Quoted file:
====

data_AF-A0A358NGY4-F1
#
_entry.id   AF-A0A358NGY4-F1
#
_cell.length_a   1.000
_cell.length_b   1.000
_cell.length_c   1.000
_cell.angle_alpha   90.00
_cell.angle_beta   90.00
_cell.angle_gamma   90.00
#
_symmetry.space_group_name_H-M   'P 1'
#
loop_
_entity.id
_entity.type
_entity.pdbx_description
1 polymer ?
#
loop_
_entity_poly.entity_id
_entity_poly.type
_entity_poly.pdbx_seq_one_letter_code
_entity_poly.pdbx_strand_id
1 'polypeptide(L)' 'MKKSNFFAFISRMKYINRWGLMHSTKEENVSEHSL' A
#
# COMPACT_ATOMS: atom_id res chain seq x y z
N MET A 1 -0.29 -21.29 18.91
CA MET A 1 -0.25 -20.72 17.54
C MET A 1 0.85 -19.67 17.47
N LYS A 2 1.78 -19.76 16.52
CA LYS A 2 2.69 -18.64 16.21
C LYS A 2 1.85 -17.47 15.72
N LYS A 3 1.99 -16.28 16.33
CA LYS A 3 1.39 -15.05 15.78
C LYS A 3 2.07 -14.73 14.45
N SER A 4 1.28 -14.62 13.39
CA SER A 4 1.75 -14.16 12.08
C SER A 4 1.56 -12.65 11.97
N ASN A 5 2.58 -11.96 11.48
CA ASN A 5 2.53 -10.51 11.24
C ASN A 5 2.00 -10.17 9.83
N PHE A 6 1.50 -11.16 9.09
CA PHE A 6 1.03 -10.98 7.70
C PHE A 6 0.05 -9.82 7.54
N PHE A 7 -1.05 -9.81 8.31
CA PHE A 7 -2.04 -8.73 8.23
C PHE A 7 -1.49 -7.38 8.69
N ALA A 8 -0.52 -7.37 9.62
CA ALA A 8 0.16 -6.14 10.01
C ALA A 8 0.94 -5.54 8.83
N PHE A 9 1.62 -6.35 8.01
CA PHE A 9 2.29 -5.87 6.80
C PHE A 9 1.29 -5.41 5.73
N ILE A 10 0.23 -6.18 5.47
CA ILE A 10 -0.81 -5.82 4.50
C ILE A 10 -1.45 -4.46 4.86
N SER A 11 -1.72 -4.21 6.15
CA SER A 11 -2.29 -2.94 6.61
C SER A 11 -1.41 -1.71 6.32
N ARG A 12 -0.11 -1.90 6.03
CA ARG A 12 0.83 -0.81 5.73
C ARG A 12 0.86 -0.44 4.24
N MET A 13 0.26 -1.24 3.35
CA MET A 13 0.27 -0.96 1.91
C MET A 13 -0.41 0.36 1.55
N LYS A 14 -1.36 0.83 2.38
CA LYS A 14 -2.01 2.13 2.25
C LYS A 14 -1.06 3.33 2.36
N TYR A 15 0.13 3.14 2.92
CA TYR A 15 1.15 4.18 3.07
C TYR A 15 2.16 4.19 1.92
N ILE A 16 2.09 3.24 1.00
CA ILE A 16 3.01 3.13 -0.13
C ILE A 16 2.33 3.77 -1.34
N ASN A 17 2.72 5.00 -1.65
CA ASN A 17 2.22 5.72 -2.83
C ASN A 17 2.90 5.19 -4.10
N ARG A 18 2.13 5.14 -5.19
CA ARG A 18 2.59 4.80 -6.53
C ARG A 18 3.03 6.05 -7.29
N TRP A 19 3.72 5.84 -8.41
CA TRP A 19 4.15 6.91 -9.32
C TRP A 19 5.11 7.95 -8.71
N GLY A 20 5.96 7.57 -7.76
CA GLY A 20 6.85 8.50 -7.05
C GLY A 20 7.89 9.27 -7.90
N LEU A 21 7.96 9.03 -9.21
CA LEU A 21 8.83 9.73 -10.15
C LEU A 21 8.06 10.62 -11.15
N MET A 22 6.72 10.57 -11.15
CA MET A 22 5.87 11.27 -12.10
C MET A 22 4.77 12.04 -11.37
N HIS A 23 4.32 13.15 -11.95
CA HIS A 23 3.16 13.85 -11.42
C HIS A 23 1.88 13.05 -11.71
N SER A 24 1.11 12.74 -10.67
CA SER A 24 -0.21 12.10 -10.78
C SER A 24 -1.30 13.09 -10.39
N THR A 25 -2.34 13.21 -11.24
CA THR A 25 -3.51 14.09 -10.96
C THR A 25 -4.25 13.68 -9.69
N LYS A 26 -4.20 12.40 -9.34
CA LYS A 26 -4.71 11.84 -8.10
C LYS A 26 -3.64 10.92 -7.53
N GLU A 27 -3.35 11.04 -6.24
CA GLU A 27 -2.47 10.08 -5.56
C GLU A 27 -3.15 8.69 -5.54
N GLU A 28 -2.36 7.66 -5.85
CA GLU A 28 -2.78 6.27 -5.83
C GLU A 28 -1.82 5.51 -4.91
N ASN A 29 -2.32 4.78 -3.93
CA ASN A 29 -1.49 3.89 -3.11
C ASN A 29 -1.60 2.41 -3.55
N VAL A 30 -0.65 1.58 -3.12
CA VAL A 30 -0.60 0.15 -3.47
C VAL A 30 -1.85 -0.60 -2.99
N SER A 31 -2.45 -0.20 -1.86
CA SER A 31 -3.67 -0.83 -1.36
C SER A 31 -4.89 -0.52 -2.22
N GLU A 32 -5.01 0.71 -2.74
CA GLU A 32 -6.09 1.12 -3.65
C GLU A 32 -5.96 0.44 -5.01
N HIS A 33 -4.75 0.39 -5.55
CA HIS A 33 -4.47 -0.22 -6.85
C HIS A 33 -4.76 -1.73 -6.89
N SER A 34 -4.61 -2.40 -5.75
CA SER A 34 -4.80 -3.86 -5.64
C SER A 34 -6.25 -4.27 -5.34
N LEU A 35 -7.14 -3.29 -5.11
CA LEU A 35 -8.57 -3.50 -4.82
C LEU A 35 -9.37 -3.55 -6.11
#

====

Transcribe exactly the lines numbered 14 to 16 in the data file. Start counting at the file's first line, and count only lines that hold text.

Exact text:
loop_
_entity.id
_entity.type